The Umbrella Movement may be losing steam, but the spirit that it has evoked continues to inspire many youth. The democracy activists have also won sympathy from some of their brethren from the mainland, with a few visitors even making the effort to spend time at the protest sites.
A 25-year-old male from northeast China who traveled overseas for the first time late last month camped out with the protesters in Admiralty for three nights in a borrowed tent, the Hong Kong Economic Journal reported Tuesday.
“I feel fortunate indeed to have come to Hong Kong,” the person was quoted as saying, adding that he now feels that he has not wasted the year 2014.
“In Hong Kong, I was surrounded by like-minds,” said the youth, who was identified by his nickname Zhang Yong.
The oppressive constitution in the mainland has made people in China defensive, unfriendly and afraid to freely express themselves, he said.
“I want to learn about Hong Kong, but not through official [Chinese] media,” he said, adding that “many Hong Kong people also want to know what their mainland counterparts think”.
He said he has had lengthy conversations with several protesters in the occupied zone, and gained vital insights.
Zhang says he recognizes that what Hong Kong youth are fighting for are universal values such as human rights, freedom and justice which should be protected by democracy and rule of law.
Another person from Tianjin who set up a Facebook page calling for mainlander support to the Hong Kong movement, “even if means climbing walls”, said the central government is fooling people in Hong Kong the same way it fools the mainlanders.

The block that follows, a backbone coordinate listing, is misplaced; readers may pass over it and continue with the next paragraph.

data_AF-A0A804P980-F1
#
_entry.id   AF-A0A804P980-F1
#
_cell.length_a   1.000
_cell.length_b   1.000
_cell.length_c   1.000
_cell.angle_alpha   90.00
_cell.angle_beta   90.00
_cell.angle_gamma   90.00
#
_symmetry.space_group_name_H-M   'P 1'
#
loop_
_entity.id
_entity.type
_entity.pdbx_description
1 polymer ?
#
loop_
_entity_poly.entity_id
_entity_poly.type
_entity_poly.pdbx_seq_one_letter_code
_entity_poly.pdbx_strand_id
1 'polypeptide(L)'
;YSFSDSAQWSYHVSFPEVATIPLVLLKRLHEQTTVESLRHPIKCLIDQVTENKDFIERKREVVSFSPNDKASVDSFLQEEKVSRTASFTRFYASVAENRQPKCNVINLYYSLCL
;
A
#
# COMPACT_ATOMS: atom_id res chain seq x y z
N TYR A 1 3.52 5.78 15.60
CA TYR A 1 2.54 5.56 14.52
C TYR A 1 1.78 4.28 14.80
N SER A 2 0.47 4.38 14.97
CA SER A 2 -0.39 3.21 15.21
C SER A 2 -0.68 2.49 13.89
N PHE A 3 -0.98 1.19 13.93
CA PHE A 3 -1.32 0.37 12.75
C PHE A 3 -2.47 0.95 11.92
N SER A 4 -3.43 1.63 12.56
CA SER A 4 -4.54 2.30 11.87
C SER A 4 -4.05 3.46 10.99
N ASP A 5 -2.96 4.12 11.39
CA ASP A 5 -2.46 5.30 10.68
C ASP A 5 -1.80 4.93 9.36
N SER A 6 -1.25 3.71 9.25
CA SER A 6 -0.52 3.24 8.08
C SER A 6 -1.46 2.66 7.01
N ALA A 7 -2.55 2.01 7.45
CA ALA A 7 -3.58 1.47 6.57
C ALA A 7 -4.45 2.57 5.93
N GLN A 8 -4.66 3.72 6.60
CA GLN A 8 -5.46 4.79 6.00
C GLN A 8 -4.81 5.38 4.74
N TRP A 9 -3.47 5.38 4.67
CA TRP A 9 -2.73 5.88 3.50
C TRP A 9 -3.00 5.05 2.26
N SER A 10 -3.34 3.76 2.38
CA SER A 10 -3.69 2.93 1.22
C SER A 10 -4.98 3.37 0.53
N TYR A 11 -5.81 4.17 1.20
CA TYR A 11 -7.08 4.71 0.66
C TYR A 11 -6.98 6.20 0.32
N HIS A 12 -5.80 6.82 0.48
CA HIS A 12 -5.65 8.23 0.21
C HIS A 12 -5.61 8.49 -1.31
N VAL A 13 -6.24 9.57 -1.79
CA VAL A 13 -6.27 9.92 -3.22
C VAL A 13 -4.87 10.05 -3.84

“First I am a human, then I am a Chinese,” said the 22-year-old, identified as Xiaoqiao. “But not many people in mainland China have such thoughts.”
The rulers have been seeking to raise us like animals, said Xiaoqiao, who has been actively fighting for gender equity in the mainland.
She urged more like-minded people to join the reforms fight and spread the idea of democracy through education.
Chinese scholar Xia Yeliang, a visiting fellow at the Cato Institute’s Center for Global Liberty and Prosperity, said people like Xiaoqiao and Zhang are in a minority in the mainland, given Beijing’s tight oversight on the internet and the mainland’s party-dominated education system.
Zhang and Xiaoqiao fear Hong Kong freedoms could come under stress due to censorship on information and as local authorities could try to follow the practices in mainland China.
Zhang told reporters that he had contemplated suicide at least four times after he learnt the truth about the June 4, 1989 incident at Tiananmen Square, and the story of human rights activist Liu Xiaobo. He said he got around the mainland’s internet firewall to surf overseas websites during his undergraduate years.
“I realized then that I had been brainwashed for 20-plus years, and that everything I knew until then was not the truth,” said Zhang, noting that he can now never trust a word of the Chinese Communist Party.
People in the mainland are so used to the hypocrisy under the party’s rule that seeks to control their values, minds, thoughts and even taste and gestures, he said.
That said, there is a difference between being anti-party and anti-China, Zhang said.
Xiaoqiao said her personal experience of being eliminated from a competition in Hong Kong because of some doubts about her political correctness has awakened her.
A senior Hong Kong official was one of the judges in the competition, and the way of doing things was “so China”, Xiaoqiao noted.
The experience made her think that it may be better to live in Shanghai than in Hong Kong.
“Many of my friends also prefer to develop their careers in Shanghai if Hong Kong’s competitiveness in terms of its freedoms diminishes,” said Xiaoqiao.
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